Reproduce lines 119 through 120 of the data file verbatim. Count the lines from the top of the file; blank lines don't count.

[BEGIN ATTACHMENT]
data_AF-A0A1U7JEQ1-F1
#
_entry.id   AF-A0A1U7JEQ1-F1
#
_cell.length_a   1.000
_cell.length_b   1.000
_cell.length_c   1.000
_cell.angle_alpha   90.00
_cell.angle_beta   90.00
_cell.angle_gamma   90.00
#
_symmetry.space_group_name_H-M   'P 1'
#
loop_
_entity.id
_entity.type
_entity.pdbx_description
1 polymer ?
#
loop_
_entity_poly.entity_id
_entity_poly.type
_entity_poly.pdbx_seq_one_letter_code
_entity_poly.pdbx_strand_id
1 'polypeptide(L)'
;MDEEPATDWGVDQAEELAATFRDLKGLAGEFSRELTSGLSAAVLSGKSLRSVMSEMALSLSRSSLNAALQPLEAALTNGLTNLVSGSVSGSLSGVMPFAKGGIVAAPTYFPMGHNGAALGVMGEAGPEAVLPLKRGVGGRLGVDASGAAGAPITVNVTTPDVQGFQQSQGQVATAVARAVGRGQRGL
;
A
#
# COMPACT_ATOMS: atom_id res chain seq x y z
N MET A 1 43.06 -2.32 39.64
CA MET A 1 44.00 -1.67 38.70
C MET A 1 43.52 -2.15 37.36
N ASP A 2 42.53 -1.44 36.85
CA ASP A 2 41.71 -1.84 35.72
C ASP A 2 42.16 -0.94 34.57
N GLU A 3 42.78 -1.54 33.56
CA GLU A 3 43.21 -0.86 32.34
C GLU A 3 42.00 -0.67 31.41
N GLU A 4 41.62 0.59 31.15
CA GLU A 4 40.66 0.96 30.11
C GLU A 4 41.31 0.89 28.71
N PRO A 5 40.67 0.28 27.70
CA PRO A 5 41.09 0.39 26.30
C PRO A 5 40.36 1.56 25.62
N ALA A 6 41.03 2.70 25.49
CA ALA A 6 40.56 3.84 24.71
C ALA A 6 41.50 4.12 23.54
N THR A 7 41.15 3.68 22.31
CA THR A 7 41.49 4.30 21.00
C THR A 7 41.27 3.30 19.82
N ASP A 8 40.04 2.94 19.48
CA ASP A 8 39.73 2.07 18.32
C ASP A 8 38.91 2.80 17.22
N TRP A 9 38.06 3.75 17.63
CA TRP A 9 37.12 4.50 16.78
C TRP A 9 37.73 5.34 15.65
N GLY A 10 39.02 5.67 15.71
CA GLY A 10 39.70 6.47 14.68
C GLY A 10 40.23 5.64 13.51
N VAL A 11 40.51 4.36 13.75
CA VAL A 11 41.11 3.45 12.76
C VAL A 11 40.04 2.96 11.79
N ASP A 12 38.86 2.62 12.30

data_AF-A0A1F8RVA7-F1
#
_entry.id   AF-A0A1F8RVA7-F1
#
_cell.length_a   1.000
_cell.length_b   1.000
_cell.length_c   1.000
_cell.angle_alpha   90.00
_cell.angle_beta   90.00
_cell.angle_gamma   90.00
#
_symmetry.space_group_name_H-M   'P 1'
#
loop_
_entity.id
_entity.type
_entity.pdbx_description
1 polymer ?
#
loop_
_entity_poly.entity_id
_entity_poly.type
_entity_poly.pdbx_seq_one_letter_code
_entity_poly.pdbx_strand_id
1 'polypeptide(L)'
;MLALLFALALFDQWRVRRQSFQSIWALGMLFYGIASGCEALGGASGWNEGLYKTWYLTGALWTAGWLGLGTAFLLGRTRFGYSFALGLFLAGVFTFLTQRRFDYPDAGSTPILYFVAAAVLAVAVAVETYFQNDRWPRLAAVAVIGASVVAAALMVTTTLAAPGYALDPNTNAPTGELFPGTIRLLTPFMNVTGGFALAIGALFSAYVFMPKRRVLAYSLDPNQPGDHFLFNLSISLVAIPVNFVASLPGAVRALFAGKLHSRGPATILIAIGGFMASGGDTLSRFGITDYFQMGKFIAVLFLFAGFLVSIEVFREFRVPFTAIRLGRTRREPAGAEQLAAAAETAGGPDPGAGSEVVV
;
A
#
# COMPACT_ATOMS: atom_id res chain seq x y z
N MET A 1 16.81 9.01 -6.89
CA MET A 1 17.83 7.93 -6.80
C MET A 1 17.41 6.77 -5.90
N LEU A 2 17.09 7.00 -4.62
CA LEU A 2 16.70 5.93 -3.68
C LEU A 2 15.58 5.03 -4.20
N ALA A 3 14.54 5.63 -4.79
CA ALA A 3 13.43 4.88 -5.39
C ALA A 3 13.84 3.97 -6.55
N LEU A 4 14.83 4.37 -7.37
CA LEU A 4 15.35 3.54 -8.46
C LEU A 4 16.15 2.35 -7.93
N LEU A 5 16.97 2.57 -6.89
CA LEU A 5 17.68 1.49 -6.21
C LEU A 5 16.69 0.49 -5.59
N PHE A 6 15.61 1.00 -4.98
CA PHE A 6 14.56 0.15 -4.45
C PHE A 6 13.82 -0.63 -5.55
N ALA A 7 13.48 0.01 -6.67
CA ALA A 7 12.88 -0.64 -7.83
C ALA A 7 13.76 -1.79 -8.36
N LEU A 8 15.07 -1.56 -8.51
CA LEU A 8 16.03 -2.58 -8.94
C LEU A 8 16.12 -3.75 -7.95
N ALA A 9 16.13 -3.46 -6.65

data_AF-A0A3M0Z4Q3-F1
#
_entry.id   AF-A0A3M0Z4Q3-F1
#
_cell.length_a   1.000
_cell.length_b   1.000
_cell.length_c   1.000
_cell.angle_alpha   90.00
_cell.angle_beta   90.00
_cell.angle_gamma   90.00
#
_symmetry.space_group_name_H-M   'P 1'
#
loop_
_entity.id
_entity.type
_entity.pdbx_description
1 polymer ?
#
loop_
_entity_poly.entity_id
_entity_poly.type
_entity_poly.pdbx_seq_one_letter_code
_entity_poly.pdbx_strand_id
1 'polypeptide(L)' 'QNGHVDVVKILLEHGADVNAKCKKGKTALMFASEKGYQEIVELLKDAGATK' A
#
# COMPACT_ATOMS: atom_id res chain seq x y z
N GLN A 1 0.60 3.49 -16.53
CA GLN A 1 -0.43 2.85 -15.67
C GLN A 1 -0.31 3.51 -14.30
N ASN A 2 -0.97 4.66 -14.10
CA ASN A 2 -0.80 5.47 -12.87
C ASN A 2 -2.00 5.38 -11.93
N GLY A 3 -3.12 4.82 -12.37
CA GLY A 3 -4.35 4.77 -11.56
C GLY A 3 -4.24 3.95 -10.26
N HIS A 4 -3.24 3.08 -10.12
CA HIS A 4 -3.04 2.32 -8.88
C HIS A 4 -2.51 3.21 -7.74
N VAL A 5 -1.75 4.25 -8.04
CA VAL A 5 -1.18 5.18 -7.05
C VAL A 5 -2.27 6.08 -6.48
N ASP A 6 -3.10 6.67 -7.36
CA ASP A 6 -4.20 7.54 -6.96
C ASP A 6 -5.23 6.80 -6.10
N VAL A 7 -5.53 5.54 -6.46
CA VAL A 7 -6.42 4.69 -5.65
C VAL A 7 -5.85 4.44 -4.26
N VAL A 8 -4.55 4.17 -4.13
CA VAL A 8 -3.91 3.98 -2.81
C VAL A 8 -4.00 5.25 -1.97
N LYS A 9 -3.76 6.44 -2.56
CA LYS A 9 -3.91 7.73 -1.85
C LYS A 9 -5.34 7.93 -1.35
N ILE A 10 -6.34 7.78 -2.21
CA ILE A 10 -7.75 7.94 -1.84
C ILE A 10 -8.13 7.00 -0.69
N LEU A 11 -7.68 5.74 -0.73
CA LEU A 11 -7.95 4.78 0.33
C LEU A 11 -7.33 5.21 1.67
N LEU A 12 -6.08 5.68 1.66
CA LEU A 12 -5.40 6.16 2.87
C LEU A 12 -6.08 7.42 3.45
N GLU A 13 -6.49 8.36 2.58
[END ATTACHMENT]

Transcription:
N ALA A 9 16.13 -3.46 -6.65

data_AF-A0A3M0Z4Q3-F1